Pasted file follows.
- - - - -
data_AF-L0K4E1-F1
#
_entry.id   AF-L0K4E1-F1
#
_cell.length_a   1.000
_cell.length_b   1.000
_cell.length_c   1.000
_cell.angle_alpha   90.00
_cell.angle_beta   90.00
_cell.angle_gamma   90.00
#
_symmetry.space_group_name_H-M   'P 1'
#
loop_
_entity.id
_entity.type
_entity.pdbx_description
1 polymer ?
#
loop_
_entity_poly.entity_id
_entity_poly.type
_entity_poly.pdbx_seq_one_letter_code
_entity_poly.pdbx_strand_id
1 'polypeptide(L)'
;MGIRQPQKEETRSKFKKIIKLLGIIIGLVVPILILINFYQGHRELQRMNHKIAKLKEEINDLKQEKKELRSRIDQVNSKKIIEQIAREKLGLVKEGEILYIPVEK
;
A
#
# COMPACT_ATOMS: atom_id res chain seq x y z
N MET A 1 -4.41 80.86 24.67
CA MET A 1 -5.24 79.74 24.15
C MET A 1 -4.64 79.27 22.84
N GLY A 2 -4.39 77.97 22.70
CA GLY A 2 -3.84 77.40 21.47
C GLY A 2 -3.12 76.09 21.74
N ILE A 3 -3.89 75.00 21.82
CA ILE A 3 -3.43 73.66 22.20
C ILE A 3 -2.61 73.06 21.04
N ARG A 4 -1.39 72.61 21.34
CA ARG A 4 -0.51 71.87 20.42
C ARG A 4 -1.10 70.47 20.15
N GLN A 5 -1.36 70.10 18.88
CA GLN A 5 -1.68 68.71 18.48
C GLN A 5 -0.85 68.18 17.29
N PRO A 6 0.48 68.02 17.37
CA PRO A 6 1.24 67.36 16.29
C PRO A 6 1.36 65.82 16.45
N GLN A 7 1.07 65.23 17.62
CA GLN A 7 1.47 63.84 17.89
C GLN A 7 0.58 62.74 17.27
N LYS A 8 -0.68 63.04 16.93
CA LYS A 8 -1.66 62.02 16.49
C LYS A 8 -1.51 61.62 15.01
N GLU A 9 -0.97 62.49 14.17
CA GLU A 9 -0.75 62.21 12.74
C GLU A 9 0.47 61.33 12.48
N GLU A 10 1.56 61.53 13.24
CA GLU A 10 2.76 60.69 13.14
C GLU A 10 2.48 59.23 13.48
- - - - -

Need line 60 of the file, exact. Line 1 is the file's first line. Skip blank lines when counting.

C GLU A 10 2.48 59.23 13.48